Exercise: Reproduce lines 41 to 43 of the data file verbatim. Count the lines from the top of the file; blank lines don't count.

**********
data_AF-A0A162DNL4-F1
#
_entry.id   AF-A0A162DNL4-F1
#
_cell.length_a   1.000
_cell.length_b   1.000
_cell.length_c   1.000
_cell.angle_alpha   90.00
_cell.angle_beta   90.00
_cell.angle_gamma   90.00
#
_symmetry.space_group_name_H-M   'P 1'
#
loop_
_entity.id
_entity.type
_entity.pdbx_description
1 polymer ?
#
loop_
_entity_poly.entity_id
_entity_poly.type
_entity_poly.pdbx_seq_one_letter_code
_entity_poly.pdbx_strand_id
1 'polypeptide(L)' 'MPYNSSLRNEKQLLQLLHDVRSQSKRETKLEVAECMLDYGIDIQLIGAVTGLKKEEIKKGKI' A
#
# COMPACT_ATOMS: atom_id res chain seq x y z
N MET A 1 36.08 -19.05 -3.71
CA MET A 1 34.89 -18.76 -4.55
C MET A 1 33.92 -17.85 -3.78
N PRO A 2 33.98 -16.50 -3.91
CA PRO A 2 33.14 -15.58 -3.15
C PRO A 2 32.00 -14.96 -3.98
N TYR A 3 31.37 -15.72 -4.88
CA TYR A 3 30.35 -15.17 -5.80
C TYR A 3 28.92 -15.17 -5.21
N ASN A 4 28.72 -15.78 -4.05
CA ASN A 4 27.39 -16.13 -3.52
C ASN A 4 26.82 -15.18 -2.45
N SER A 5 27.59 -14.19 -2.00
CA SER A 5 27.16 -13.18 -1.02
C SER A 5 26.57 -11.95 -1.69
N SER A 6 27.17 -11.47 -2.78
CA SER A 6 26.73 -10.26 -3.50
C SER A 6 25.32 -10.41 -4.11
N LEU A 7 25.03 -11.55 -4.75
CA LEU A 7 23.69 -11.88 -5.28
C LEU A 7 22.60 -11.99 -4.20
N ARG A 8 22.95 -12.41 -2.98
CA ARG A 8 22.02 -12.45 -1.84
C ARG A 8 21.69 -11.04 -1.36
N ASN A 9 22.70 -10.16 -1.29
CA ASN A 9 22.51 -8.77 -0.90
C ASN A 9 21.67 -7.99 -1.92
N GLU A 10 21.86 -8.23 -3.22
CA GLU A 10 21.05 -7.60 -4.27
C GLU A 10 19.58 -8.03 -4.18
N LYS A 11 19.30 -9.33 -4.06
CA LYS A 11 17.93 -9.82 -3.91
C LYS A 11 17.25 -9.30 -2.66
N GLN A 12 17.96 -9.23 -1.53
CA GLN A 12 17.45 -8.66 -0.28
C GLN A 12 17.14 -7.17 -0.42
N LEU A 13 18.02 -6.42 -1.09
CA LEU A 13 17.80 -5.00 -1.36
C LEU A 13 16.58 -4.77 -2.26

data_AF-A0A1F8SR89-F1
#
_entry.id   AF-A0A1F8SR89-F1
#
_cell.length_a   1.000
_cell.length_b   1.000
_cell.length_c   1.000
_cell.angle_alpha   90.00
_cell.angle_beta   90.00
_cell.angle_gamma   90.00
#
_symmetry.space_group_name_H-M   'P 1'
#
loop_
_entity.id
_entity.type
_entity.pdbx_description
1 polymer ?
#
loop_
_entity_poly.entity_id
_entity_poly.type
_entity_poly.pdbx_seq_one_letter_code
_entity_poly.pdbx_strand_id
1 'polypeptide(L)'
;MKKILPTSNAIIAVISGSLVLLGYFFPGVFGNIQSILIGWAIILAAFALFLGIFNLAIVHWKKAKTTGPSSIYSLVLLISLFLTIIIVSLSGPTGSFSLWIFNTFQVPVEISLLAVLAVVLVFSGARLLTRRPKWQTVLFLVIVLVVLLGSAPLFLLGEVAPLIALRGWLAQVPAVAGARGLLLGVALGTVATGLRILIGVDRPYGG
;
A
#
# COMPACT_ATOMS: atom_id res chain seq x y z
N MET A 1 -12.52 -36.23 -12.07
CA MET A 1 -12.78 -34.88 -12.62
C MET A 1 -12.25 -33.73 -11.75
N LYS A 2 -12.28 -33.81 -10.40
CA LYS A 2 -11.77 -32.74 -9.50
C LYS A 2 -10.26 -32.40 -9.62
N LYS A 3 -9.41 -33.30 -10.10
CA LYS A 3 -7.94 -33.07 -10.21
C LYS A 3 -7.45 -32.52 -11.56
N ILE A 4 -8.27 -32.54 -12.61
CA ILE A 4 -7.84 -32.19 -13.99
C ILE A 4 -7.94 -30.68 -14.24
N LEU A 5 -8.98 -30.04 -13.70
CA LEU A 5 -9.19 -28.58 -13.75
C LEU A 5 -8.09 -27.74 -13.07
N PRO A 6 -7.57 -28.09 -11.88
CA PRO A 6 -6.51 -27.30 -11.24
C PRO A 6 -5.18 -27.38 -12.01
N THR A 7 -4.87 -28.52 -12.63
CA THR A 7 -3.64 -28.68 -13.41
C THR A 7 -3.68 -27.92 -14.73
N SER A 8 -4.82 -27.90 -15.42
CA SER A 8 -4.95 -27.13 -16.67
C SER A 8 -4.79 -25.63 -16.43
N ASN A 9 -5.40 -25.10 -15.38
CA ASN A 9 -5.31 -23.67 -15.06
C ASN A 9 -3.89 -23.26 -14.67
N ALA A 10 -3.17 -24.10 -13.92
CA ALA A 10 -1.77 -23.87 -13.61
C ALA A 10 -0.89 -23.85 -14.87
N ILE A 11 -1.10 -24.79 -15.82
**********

CA SER A 5 27.16 -13.18 -1.02
C SER A 5 26.57 -11.95 -1.69
N SER A 6 27.17 -11.47 -2.78